On January 14, 2013, President Obama signed HR 6621 into law. The title of HR 6621 is “To correct and improve certain provisions of the Leahy-Smith America Invents Act,” but it also makes changes to other provisions of U.S. patent law, including the Patent Term Adjustment (PTA) provisions. This article provides an overview of the substantive changes to the AIA embodied in this law.

Technical Corrections To The AIA

Changes Relating To Patent Prosecution

  • Inventor’s Oath/Declaration HR 6621 pushes the deadline for submitting an executed Inventor’s Oath/Declaration (or Substitute Statement) to “no later than the date on which the issue fee for the patent is paid.” This change will streamline allowance procedures, an eliminate the need for a separate Notice of Allowability requiring an executed Inventor’s Oath/Declaration before a Notice of Allowance can be issued. This change is effective as of the date of enactment (January 14, 2013).
  • U.S. National Stage Applications HR 6621 repeals 35 USC § 373 and thus eliminates the requirement that a PCT application have been filed in the name of the inventors in order to be accepted at the U.S. national stage. This change is effective as of the date of enactment (January 14, 2013).

Changes Relating To Patent Trials

  • Inter Partes Review HR 6621 eliminates the Request for Inter Partes Review “dead zone” for patents that are not subject to Post-Grant Review. In particular, the law provides that the timing requirements of 35 USC § 311(c) (including the 9 month waiting period) do not apply to patents that do not fall under the first-to-file effective date provisions of Section 3(n)(1) of the AIA. The law also eliminates the 9 month waiting period for all reissue patents. These changes are effective as of the date of enactment (January 14, 2013).
  • Derivation Proceedings HR 6621 rewrites 35 USC § 135(a)(1)-(4) in an attempt to clarify the timing requirements and other provisions. These changes are made retroactively, “as if included in the [AIA],” but derivation proceedings only are available to applications subject to the first-to-file provisions that do not take effect until March 16, 2013.
  • Interference Proceedings HR 6621 clarifies that the versions of 35 USC § 6, 35 USC § 141, and 28 USC § 1295(a)(4)(A) in effect as of September 15, 2012 shall apply to interference proceedings commenced after September 15, 2012, with the Patent Trial and Appeal Board deemed to be the Board of Patent Appeals and Interferences. This means that the Federal Circuit still will have jurisdiction over appeals of decisions in interference proceedings.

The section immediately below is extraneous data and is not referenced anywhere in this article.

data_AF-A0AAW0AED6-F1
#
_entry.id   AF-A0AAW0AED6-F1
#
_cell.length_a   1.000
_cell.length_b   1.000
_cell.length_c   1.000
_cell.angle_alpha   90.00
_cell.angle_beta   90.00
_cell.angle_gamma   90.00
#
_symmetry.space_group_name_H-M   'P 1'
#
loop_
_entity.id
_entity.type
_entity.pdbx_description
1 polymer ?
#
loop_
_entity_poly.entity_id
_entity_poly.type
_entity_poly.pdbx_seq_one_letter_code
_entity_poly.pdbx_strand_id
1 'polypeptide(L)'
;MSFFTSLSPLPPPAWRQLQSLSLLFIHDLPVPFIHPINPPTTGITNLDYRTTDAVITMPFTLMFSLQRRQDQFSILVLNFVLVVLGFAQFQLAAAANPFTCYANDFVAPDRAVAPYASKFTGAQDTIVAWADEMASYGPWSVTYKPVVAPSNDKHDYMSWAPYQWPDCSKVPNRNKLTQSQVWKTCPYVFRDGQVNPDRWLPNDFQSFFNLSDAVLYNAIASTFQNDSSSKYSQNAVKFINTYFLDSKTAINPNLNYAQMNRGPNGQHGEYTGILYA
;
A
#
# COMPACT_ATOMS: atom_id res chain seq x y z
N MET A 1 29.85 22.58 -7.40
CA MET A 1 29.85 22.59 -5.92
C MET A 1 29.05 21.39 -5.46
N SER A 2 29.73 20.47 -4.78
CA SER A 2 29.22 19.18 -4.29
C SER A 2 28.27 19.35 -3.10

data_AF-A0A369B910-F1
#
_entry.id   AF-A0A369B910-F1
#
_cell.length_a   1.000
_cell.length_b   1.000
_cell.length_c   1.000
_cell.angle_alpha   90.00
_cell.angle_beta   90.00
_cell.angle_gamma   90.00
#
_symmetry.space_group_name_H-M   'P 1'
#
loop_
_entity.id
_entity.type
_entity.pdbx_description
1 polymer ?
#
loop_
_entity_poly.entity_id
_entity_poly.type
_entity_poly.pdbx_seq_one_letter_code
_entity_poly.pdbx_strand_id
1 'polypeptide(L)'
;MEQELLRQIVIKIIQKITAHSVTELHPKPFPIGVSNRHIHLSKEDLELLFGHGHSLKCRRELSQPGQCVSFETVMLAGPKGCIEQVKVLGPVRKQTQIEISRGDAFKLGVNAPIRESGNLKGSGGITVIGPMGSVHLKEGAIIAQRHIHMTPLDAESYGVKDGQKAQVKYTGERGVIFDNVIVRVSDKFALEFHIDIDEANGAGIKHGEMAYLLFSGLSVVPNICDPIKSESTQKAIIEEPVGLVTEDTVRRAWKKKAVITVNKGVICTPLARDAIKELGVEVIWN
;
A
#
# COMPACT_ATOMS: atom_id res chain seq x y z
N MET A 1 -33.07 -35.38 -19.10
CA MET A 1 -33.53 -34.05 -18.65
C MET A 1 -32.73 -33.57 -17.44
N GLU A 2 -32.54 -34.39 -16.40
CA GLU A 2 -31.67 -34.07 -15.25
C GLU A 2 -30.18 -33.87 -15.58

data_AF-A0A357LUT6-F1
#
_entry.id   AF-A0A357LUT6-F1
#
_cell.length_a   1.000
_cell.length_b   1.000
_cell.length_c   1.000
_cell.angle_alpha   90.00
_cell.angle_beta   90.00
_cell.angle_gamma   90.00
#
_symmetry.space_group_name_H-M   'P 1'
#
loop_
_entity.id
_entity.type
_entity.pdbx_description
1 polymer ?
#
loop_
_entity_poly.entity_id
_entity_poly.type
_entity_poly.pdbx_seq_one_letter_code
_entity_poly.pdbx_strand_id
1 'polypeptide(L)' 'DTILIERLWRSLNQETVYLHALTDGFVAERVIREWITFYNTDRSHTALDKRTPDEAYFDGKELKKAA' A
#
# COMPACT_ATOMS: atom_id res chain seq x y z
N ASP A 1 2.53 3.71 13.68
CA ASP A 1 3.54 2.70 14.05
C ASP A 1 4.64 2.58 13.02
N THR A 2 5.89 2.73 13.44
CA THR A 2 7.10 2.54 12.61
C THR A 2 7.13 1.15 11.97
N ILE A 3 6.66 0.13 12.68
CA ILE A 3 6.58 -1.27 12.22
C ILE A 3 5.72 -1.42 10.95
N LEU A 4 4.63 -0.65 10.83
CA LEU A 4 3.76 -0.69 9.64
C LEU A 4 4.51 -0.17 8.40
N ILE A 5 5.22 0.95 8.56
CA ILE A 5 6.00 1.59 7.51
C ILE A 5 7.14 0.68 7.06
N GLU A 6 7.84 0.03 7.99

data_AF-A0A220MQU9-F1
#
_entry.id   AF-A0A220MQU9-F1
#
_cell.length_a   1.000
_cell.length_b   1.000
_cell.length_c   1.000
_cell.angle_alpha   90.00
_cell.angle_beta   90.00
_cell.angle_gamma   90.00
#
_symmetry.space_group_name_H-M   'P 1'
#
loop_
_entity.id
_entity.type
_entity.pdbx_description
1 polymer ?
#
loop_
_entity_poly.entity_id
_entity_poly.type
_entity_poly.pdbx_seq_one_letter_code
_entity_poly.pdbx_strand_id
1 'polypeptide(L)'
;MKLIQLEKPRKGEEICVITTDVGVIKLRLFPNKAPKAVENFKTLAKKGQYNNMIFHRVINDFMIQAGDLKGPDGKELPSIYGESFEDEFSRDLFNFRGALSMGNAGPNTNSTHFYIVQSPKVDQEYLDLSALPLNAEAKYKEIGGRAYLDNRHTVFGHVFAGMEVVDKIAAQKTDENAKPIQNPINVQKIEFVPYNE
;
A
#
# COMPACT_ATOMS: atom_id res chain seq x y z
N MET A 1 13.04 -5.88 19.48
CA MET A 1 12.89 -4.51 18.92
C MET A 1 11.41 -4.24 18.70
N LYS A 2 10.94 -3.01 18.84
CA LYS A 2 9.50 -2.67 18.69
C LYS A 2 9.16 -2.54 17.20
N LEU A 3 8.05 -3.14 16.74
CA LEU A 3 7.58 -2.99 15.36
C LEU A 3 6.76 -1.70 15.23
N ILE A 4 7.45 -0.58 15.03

Litigation Changes

  • Advice of Counsel HR 6621 adjusts the effective date of the changes to 35 USC § 298 to make them applicable to any civil action commenced on or after the date of enactment (January 14, 2013). Under the original effective date, the amended version of this statute only applied to patents issued on or after September 16, 2012.

Patent Term Adjustment

Most of the other substantive changes in HR 6621 relate to Patent Term Adjustment. I wrote about these changes in this article, and will not repeat myself here. However, I will emphasize that patent holders who did not timely file a Request for Reconsideration of the USPTO’s PTA award with the USPTO but want to bring a civil action for additional PTA within 180 days of the patent’s issue date may need to argue that the changes to 35 USC § 154(b)(4)(A) should not be applied retroactively. By operation of the default effective date of HR 6621, those changes would apply to “proceedings commenced on or after [the] date of enactment,” and could be read as requiring the patent holder to have timely filed a Request for Reconsideration with the USPTO before challenging the USPTO’s determination in a civil action.